In this series, the United States Eventing Association (USEA) is partnering with Athletux to critique your off-the-track Thoroughbred (OTTB) eventing prospects. Professional riders and trainers will share their insights into each OTTB's pedigree, racing history, and conformation. Would you like to have your off-the-track Thoroughbred featured in the next edition of OTTB Critique presented by Athletux? We are looking for our next horse! Email your tips to [email protected].
How many of you watched the Retired Racehorse Projects’ Thoroughbred Makeover this year? With the USEF Network live streaming the finals action, we got to watch firsthand as multiple USEA riders and their horses absolutely dominated multiple divisions. With more than 500 OTTBs entered, the competition was stiff but these horses showed their talent. One of those special horses, who has not only been successful on the eventing circuit over the past year but also took home the show jumping title as part of the eventing horse domination, was Interactif Spy (Mt. Livermore x Interactif).
For this month’s OTTB critique we are excited to feature Morgan Boyer’s special horse. Boyer has been developing Interactif Spy for less than a year in accordance with the Makeover’s rules and he has taken to eventing like a fish to water. After he had three starts on the track, the now 5-year-old horse found himself in Boyer’s barn where he has been learning more and more about his new job and career. We are excited to have Kimmy Steinbuch Durr and John Michael Durr help us evaluate Interactif Spy and use their knowledge and experience to critique both his conformation and performance under saddle.
On their first impression, the Durrs immediately noticed his positive and eager expression in every photo. When evaluating his conformation, Kimmy first pointed out that the horse is a lovely type, with clean legs and solid bone. She explained, “He has a large and powerful hip and he appears to have developed more muscle over his hip and back which gives him a level appearance at this age, as gravity pulls him slightly downhill when his neck reaches forward.” John Michael also added, “His back is well-proportioned and properly developed, showing where he gets his power from.” Finally, Kimmy explained, “Although his neck is low set, with proper training he should develop the muscles over his top line that will give him the ability to lift through his neck and shoulders, as well as his back and abdomen.”
When watching the horse’s performance at the Makeover and evaluating his under-saddle photos, the Durrs noted the horse looks like a great jumping candidate. “Having a horse that will try so hard to perform in such a big environment at a young age really bodes well for his future. He wants to be careful and uses his scope wisely without excess, everything people look for these days,” said Kimmy. Check out the horse’s performance at the RRP Makeover Finals on the USEF Network on-demand. Interactif Spy is the first horse to show in the Show Jumping portion of the finals.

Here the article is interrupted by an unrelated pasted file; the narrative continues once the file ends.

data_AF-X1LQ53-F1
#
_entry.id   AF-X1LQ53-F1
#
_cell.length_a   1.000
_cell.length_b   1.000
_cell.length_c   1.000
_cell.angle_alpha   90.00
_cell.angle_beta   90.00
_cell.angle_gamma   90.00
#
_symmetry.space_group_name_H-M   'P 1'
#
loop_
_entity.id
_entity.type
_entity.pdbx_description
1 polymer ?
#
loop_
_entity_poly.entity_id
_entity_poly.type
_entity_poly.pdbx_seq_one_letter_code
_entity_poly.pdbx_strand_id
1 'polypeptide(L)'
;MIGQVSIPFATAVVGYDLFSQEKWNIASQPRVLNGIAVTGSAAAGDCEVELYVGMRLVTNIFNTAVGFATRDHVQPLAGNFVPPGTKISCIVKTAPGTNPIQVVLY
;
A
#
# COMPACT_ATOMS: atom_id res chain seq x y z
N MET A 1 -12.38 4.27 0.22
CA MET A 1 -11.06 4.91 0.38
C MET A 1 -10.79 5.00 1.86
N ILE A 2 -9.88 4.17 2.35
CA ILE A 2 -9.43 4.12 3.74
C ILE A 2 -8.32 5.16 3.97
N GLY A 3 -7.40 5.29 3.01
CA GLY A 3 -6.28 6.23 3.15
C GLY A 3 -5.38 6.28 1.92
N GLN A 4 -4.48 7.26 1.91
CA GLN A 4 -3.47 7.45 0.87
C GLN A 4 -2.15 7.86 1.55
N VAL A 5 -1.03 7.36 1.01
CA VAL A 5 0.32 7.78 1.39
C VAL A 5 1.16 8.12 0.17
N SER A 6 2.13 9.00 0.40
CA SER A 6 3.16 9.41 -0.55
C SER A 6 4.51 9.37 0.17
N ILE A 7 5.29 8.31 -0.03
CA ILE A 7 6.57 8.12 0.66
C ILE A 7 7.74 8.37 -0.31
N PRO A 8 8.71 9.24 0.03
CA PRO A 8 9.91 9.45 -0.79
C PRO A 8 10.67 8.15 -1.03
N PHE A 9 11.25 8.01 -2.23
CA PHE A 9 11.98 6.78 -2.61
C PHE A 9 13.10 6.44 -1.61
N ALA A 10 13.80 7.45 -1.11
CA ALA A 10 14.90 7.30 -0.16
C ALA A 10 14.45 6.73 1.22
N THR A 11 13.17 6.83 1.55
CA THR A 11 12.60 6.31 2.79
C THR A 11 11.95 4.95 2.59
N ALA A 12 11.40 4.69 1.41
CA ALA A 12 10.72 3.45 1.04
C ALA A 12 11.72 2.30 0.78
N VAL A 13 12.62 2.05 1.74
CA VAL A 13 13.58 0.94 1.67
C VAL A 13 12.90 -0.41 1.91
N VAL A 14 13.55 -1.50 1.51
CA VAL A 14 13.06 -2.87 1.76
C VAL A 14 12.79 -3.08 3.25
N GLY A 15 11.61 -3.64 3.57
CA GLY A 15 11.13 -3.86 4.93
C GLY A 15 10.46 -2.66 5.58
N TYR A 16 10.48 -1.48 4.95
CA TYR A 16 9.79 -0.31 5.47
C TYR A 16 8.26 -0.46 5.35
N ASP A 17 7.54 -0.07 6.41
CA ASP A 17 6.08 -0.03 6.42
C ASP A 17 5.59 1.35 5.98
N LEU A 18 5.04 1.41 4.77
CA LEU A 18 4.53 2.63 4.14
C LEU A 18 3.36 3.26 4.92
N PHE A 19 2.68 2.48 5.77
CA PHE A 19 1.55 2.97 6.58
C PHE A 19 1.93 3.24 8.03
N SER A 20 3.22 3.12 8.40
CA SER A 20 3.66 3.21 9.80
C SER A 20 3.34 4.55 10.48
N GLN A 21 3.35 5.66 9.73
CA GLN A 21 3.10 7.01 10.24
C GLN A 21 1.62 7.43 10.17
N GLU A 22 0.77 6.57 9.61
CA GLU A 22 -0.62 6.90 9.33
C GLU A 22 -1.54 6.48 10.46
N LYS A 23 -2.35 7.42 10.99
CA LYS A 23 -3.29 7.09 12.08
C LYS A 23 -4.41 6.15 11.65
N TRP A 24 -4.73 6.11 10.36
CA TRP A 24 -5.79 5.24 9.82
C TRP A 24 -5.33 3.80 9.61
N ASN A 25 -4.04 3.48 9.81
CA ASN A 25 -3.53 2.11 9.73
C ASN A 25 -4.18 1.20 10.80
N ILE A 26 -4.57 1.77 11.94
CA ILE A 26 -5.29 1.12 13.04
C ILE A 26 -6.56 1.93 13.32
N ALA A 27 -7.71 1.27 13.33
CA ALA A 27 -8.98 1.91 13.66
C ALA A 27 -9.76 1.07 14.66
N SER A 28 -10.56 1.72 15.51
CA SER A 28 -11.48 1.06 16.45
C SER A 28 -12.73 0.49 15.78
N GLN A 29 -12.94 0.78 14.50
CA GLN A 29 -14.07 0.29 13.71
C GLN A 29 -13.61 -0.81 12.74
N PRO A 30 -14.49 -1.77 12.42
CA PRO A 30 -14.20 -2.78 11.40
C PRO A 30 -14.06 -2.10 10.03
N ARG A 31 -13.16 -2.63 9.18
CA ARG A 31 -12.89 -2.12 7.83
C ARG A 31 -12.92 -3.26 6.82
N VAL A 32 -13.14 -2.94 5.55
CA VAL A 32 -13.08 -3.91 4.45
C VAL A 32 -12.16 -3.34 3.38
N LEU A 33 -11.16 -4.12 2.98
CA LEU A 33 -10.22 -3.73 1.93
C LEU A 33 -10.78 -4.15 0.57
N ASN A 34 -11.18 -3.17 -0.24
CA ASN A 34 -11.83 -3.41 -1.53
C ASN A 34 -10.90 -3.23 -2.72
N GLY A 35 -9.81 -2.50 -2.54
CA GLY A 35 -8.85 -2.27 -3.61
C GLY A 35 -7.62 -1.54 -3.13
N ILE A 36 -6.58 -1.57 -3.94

Overall, both Kimmy and John Michael are excited by this young horse and think his positive attributes in both his conformation and way of going point towards him having a successful future. He has already demonstrated his ability to learn and handle new, difficult, and stressful situations easily, another extremely positive sign that will take this horse far. John Michael feels as the horse progresses in his training, he believes the horse can and will further develop the ability to lift through the shoulders over his topline, which will improve his performance all around. They wish Boyer all the best as she continues to pursue the horse’s second career. Good luck and have fun!
John Michael Durr and his wife Kimmy Durr own and operate Durr Eventing and Show Jumping out of Shelby, N.C. as well as Ocala, Fl. during the winter. To learn more about their program, check out their website.
My name is Tayah Fuller and I’m 14 years old. “On course” to me is a phrase that makes my heart pump fast and my excitement go wild. There is no better feeling than galloping through a field or flying over cross-country jumps with my heart thrumming along, especially when it is with my best friend. You see, I was born with a congenital heart murmur. While it has never really affected my athletic abilities, the one time that I notice it is when I am riding through a cross-country course with my horse.
Please always remain vigilant when it comes to sending any personal communications via email or text. Every year we receive reports of members and leaders of our sport receiving phishing attempts both online and by phone. These are often communications disguised as being sent from USEA staff or other leaders. As the years go on, the phishing attempts appear to be more directed and tailored.
Tack cleaning is one of those barn chores that might not be our favorite but is certainly necessary for keeping our equipment in top shape. Aside from caring for your tack so it lasts for years to come, regular tack maintenance is important for safety. The last thing you want is the potential for a stitch, zipper, or buckle breaking while you're out on course.
Following feedback from our membership to the rule change proposal for the USEF Rules For Eventing: Appendix 3 – Participation In Horse Trials, the United States Eventing Association (USEA) Board of Governors voted to modify the rule change proposal, but still to recommend the establishment of rider licenses and increase Minimum Eligibility Requirements (MERs) to the regulating authority of the sport US Equestrian (USEF).